- Jot notes and sketch out a list of key points you want to cover before you jump into writing. If you have time, you might even draft an opening paragraph on a piece of scratch paper before committing yourself to a particular response. Too often, students begin writing before they have thought about the whole task before them. When that happens, you might find that you can’t develop your ideas as fully or as coherently as you need to. Students who take the time to plan actually write longer in-class essays than those who begin writing their answers right after they have read the assignment. Take as much as a fourth of the total exam period to plan.
- Use a consistent approach for in-class exams. Students who begin in-class exams with a plan that they have used successfully in the past are better able to control the pressure of the in-class exam. Students who feel they need to discover a new approach for each exam are far more likely to panic and freeze.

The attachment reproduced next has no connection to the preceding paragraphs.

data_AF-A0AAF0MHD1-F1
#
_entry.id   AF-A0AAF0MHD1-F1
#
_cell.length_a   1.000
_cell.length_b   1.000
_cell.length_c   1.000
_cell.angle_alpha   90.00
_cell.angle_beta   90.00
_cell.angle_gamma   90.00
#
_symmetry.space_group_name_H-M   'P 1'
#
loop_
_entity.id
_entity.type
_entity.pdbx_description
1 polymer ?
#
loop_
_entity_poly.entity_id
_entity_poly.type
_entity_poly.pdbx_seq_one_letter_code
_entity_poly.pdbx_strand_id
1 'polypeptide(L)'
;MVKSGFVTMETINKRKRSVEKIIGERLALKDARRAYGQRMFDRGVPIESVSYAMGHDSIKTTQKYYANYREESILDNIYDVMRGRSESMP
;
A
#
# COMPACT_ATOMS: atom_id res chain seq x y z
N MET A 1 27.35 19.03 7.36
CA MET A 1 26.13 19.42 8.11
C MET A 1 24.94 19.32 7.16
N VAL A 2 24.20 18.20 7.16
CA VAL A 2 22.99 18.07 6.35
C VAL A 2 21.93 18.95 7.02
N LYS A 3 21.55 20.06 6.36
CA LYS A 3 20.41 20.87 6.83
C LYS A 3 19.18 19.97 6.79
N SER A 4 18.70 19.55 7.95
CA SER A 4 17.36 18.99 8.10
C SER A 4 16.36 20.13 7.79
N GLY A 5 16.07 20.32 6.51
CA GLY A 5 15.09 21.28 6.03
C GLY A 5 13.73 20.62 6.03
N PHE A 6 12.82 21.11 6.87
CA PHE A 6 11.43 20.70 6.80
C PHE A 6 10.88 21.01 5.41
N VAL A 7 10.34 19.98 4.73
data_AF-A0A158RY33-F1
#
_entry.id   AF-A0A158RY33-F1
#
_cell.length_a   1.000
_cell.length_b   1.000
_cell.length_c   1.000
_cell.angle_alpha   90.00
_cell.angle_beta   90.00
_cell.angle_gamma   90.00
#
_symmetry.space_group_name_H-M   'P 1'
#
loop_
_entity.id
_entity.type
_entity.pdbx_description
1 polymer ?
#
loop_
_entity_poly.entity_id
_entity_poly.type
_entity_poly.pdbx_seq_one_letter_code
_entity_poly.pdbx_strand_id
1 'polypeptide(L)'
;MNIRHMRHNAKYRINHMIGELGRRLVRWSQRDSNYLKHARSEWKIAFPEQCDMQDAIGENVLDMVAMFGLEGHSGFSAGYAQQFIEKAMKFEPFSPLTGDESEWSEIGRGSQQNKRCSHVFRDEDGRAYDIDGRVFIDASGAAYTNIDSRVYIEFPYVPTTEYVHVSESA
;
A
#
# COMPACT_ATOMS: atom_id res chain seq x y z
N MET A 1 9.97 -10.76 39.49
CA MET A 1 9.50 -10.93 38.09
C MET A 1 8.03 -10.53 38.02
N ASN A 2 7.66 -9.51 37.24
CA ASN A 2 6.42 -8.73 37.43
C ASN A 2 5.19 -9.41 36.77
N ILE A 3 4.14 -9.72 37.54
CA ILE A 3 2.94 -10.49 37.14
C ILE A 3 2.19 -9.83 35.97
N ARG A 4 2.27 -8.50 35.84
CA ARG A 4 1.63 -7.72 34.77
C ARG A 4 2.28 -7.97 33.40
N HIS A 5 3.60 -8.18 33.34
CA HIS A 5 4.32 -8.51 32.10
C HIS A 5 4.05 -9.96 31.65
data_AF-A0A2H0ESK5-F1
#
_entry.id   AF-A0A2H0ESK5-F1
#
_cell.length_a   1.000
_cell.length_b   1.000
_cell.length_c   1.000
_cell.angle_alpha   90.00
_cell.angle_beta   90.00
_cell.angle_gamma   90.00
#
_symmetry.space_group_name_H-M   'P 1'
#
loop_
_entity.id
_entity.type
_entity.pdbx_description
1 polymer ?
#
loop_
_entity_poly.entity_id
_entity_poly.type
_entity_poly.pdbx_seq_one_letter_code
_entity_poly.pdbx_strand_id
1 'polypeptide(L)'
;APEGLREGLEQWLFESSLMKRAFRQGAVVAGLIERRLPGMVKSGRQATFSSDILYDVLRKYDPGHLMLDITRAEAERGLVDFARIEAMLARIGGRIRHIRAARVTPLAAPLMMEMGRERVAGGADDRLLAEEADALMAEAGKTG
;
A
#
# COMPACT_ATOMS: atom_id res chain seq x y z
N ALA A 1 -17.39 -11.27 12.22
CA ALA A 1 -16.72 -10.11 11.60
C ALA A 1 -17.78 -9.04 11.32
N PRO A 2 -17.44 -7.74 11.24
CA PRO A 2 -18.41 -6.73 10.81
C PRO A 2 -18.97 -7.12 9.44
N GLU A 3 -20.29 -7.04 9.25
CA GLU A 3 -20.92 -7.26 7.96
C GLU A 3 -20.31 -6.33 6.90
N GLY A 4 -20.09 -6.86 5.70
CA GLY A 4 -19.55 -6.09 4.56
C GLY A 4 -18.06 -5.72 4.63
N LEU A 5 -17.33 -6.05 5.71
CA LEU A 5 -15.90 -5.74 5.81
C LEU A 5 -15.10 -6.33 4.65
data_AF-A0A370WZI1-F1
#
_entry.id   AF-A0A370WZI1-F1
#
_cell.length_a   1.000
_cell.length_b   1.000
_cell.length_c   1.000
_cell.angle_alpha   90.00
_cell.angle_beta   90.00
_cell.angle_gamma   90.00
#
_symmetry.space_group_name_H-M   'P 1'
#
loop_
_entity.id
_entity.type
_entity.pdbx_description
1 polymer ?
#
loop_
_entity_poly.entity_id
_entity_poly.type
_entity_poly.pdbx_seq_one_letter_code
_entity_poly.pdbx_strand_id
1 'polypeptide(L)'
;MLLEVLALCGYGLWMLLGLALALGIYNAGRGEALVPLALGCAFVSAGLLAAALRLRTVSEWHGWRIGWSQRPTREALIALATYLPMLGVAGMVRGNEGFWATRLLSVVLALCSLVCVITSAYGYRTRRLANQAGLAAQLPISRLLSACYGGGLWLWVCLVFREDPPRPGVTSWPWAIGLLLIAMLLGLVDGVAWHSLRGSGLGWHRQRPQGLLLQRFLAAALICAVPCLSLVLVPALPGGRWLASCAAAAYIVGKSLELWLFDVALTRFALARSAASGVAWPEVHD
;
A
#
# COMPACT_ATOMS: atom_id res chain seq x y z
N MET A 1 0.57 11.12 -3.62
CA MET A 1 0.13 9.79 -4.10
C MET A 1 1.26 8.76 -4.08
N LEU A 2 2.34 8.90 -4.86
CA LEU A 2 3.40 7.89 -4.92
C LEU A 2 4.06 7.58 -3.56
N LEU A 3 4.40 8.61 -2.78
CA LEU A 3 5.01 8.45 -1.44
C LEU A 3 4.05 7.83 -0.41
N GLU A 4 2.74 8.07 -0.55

- Keep track of the time. Some instructors signal the passing of time during the exam period, but do not count on that help. While you shouldn’t compulsively check the time every minute or two, look at your watch now and then.
- Save a few minutes at the end of the session for quick review of what you’ve written and for making small changes you note as necessary.
A special issue in in-class exams concerns handwriting. Some instructors now allow students to write in-class exams on laptops, but the old-fashioned blue book is still the standard in many classes. For students used to writing on a keyboard, this can be a problem. Be sure you don’t let poor handwriting hurt you. Your instructor will have many exams to read. Be courteous. Write as clearly as you can.
Group Writing Projects
College instructors sometimes assign group writing projects. The terms of these assignments vary greatly. Sometimes the instructor specifies roles for each member of the group, but often it’s part of the group’s tasks to define everyone’s role. Follow these guidelines:
- Get off to an early start and meet regularly through the process.